Additional Member System Explained
In the last instalment of the Electoral System series we have the Additional Member System.
It can be called Mixed Member Proportional System, but it is the exact same process. We have a video in this series, but unfortunately no general election projection. If someone finds one and tweets it to me @MrThomasHistory I would be more than happy to add it in! Read the previous instalment, Single Transferable Vote Explained, if you haven't already.
Additional Member System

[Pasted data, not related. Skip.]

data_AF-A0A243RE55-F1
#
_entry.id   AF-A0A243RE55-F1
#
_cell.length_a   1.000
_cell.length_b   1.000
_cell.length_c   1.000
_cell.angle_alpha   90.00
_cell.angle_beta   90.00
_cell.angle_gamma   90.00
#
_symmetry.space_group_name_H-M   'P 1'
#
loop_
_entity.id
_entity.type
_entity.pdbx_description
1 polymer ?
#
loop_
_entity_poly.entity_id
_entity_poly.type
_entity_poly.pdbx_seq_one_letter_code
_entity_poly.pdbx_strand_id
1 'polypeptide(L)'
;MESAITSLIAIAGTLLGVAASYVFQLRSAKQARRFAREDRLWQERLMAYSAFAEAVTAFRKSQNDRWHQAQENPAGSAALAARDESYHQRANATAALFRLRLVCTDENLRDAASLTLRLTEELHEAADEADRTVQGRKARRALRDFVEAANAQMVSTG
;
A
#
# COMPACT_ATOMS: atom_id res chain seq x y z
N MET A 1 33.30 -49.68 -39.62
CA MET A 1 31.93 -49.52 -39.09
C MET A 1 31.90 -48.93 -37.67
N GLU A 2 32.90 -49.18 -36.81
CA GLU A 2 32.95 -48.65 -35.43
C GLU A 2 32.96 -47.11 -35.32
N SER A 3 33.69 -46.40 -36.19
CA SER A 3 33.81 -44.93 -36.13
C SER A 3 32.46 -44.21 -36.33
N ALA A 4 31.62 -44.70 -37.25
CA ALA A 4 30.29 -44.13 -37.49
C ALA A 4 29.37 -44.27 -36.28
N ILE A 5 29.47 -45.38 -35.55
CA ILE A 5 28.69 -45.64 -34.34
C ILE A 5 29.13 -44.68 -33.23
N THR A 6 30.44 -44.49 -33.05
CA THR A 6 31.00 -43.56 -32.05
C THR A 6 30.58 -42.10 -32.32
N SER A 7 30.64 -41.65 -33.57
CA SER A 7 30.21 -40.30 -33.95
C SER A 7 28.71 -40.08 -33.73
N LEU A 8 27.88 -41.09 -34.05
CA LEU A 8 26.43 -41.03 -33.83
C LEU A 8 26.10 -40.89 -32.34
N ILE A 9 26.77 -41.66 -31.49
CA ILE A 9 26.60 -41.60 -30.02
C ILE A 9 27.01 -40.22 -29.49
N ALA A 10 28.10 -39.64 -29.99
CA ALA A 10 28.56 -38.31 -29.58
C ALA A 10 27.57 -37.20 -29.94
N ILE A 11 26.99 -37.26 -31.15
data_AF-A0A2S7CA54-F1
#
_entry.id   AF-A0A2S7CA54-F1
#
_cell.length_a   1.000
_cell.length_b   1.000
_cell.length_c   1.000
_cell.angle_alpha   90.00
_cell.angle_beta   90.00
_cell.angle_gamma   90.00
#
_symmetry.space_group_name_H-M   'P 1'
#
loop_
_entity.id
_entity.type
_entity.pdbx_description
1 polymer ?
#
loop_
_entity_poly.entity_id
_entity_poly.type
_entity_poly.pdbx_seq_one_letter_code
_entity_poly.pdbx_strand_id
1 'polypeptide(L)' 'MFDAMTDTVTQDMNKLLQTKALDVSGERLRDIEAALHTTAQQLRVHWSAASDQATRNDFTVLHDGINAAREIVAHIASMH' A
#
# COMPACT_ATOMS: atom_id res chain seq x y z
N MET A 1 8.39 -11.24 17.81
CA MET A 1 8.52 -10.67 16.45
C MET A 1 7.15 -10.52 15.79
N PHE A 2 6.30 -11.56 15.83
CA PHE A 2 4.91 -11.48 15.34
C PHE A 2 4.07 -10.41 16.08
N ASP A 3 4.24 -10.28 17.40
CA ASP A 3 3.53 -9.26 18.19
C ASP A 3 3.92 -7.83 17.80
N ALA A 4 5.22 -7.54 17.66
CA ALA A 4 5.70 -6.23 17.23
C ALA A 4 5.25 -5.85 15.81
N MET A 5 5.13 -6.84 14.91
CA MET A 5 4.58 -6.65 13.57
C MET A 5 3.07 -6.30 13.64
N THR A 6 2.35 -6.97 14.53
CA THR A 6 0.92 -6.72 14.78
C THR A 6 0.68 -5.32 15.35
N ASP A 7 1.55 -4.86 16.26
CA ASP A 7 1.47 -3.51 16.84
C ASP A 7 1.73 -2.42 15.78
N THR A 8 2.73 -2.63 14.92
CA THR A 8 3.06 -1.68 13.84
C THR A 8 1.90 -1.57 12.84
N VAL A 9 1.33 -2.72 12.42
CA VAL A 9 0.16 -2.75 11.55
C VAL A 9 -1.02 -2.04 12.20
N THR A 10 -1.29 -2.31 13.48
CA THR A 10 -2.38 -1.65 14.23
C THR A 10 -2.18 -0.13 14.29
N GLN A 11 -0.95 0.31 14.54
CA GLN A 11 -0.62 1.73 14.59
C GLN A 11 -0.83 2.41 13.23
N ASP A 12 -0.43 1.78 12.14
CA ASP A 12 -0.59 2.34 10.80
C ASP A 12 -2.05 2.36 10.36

The Additional Member System is a proportional system of election used for the Scottish Parliament and Welsh Assembly. Each voter receives two votes on election day. The first they use to elect a member from their constituency under a FPTP system (i.e. in the constituency, the candidate with the most votes takes the seat) The second vote is used for a party. Once the votes are counted the second votes come into play. Parties receive additional members to help top up their seat allocations in the assembly or parliament to match the voting percentages which they received. This works to even out the votes to seats calculation and make the election more fair.
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